June 8th, 2012
In the summer, the sun shines through the windows, beckoning employees to take a lunch break, daydream about hitting the links, or ultimately, take a sick day. It can be difficult to keep employees on task and to keep achieving the goals at hand. But by showing that you care about employees by making the workplace more livable and summer-friendly, you can keep their loyalty and their attention.
- Set Goals: Keeping people in the loop on what they are supposed to accomplish will keep everyone on task without any concrete input or engagement from supervisors, employees may be apt to let their mind wander to their 5:30 p.m. softball game.
- Celebrate Achievements: In keeping in line with these goals, celebrate employees that are going the extra mile. Reward them with half days off or extended lunch periods. They’ll be sure to keep going when there is a reward.
- Casual Attire: The summer can be hot and stuffy. If your work environment is stagnating, the output will be too. Unless there is an important client meeting or presentation, relax the dress code for the summer. Obviously short shorts should not be an option, but allow khakis and crops instead of ties and suit coats.
- Summer Fridays: Many companies opt for summer Fridays, where employees can take the rest of the day off at Noon or 1 p.m. This allows for more productivity in a shorter amount of time, so people can achieve their goals, yet still catch a ride out to the lake house.
- Company picnic: Take a day out to thank your employees by holding a company picnic at a local park or amusement area. Show your employees how much they mean to you.
- Involve company in 5ks, biking fundraisers, volunteer work: Summer is the prime time for all sorts of fundraising activities and races. Boost pride for the company by signing teams up for community events. Taking home a first place trophy in a kickball game or bike race will mean that much more to an employee.
Summer is a great time to show employees how your company values work/life balance. Clark Personnel Service is proud to work with some of the best companies in this area.
December 22nd, 2011
There’s an interview technique that’s becoming more and more popular – peer-to-peer interviewing. This interviewing technique lets job candidates meet a group of employees: the candidate can ask the employees questions about the company and job, while the employees can size up the applicant and share their opinions with the hiring manager.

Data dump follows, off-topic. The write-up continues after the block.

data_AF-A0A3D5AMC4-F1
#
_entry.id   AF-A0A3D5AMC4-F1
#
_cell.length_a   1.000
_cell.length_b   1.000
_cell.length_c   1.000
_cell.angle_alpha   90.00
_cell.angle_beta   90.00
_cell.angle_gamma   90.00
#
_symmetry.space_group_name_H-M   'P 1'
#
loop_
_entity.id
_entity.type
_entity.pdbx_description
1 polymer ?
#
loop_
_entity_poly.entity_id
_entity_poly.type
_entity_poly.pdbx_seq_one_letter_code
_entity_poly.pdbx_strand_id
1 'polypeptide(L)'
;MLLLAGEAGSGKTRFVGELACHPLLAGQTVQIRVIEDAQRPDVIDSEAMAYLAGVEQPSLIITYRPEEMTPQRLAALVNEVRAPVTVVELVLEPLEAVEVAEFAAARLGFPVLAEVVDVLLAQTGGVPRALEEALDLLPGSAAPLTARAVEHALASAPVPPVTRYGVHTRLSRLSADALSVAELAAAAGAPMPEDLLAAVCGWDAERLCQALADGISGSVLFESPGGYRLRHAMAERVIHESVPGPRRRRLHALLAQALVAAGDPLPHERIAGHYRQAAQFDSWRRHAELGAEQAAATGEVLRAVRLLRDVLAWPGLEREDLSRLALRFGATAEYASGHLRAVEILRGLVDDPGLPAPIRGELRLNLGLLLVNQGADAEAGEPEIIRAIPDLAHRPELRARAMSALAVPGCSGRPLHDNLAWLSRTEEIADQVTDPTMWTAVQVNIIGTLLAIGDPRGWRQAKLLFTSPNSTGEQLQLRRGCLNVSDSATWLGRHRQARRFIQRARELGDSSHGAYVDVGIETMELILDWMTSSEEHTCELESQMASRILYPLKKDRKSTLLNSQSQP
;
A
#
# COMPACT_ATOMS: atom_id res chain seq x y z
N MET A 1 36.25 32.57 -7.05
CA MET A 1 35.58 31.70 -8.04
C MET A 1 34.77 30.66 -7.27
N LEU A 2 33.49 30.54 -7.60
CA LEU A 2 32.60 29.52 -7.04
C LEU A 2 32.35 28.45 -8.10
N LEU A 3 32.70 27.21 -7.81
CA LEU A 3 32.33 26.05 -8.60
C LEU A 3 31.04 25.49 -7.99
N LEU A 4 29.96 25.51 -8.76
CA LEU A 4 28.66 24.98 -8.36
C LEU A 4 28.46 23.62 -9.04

Peer-to-peer interviewing allows the organization to get a more complete idea of a candidate’s overall fit, while it allows the candidate a glimpse at his potential coworkers and whether she feels comfortable with them.
The Upside of Peer-to-Peer Interviewing
- Transfer of knowledge. Applicants can learn more about the company from employees (who are likely to tell it a little more like it is).
- Improvement of morale. Employees help to select their future coworkers, which gives them more of a stake in the organization—and strengthens their commitment to the company’s success.
- Good beginnings. Employees are invested in the new hires’ success and are more likely to help new employees. New employees start work knowing their peers support them.
The Downside – It Exists, But It’s Manageable
- Two-way street. Remember, the candidate is also evaluating the company in the interview process. If your peer interviewers are unhappy with the company, they might end up discouraging the candidate from taking the job if it’s offered.
Solution: Be sure you choose peer interviewers who are positive, happy, and enthusiastic about the company.
- Personal agendas. Some employees could be threatened by an applicant and not recommend him/her out of their own insecurities.
Solution: Make sure that you change up your panel and that it represents a cross-section of your organization’s workers — with an equal mix of different skills as well as ethnicities, races and sexes. Peer interviewers should also be articulate and understand what company is looking for in its next hire.
- An interview, not an interrogation. A three-hour, six person interview is not what the candidate will expect or appreciate.
Solution: Peer-to-peer interviewing should take about half an hour, and your peer board should consist of two or three people. You don’t want to intimidate the candidate.
- Interview training is essential. Employees must know what are legal interview questions and which are unprofessional or illegal.
- Make it clear that while employees’ feedback will be taken into high regard, HR and management still make the final decision.